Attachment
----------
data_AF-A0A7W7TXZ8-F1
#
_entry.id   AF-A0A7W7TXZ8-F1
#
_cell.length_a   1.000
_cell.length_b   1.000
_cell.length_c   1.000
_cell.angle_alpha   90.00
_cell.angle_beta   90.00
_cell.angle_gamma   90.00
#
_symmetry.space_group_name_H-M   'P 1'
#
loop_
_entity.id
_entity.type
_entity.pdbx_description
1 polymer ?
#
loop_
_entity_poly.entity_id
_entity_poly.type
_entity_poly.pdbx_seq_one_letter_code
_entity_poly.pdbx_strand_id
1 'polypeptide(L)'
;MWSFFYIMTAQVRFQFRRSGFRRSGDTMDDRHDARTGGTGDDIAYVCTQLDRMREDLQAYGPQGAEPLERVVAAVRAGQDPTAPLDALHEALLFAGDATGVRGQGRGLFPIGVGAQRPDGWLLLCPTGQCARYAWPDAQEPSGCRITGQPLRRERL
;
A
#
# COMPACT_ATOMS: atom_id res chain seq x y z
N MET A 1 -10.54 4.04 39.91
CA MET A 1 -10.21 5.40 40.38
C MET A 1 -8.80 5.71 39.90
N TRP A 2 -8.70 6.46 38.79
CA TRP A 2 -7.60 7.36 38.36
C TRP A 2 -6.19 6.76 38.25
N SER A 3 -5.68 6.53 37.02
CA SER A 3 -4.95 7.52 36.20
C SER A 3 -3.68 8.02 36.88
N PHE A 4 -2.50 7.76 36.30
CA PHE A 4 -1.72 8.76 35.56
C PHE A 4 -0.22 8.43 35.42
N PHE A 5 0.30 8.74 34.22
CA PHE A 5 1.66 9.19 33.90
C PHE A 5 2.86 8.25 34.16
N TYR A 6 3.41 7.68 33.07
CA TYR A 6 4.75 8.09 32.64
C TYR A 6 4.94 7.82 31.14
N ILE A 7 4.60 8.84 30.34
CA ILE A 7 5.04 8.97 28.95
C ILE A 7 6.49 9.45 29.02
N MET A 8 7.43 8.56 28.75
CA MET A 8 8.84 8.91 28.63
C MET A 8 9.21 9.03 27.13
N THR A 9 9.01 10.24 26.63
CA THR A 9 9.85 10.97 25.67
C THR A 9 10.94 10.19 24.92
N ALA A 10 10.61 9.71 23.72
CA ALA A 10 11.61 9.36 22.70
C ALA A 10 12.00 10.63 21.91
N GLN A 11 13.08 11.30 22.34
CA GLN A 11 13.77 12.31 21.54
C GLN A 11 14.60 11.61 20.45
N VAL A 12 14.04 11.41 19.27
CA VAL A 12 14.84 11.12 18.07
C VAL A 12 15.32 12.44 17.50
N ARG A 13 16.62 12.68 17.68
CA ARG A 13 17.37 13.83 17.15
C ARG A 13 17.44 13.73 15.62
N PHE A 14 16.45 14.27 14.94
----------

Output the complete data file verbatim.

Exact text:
data_AF-A0A7W7TXZ8-F1
#
_entry.id   AF-A0A7W7TXZ8-F1
#
_cell.length_a   1.000
_cell.length_b   1.000
_cell.length_c   1.000
_cell.angle_alpha   90.00
_cell.angle_beta   90.00
_cell.angle_gamma   90.00
#
_symmetry.space_group_name_H-M   'P 1'
#
loop_
_entity.id
_entity.type
_entity.pdbx_description
1 polymer ?
#
loop_
_entity_poly.entity_id
_entity_poly.type
_entity_poly.pdbx_seq_one_letter_code
_entity_poly.pdbx_strand_id
1 'polypeptide(L)'
;MWSFFYIMTAQVRFQFRRSGFRRSGDTMDDRHDARTGGTGDDIAYVCTQLDRMREDLQAYGPQGAEPLERVVAAVRAGQDPTAPLDALHEALLFAGDATGVRGQGRGLFPIGVGAQRPDGWLLLCPTGQCARYAWPDAQEPSGCRITGQPLRRERL
;
A
#
# COMPACT_ATOMS: atom_id res chain seq x y z
N MET A 1 -10.54 4.04 39.91
CA MET A 1 -10.21 5.40 40.38
C MET A 1 -8.80 5.71 39.90
N TRP A 2 -8.70 6.46 38.79
CA TRP A 2 -7.60 7.36 38.36
C TRP A 2 -6.19 6.76 38.25
N SER A 3 -5.68 6.53 37.02
CA SER A 3 -4.95 7.52 36.20
C SER A 3 -3.68 8.02 36.88
N PHE A 4 -2.50 7.76 36.30
CA PHE A 4 -1.72 8.76 35.56
C PHE A 4 -0.22 8.43 35.42
N PHE A 5 0.30 8.74 34.22
CA PHE A 5 1.66 9.19 33.90
C PHE A 5 2.86 8.25 34.16
N TYR A 6 3.41 7.68 33.07
CA TYR A 6 4.75 8.09 32.64
C TYR A 6 4.94 7.82 31.14
N ILE A 7 4.60 8.84 30.34
CA ILE A 7 5.04 8.97 28.95
C ILE A 7 6.49 9.45 29.02
N MET A 8 7.43 8.56 28.75
CA MET A 8 8.84 8.91 28.63
C MET A 8 9.21 9.03 27.13
N THR A 9 9.01 10.24 26.63
CA THR A 9 9.85 10.97 25.67
C THR A 9 10.94 10.19 24.92
N ALA A 10 10.61 9.71 23.72
CA ALA A 10 11.61 9.36 22.70
C ALA A 10 12.00 10.63 21.91
N GLN A 11 13.08 11.30 22.34
CA GLN A 11 13.77 12.31 21.54
C GLN A 11 14.60 11.61 20.45
N VAL A 12 14.04 11.41 19.27
CA VAL A 12 14.84 11.12 18.07
C VAL A 12 15.32 12.44 17.50
N ARG A 13 16.62 12.68 17.68
CA ARG A 13 17.37 13.83 17.15
C ARG A 13 17.44 13.73 15.62
N PHE A 14 16.45 14.27 14.94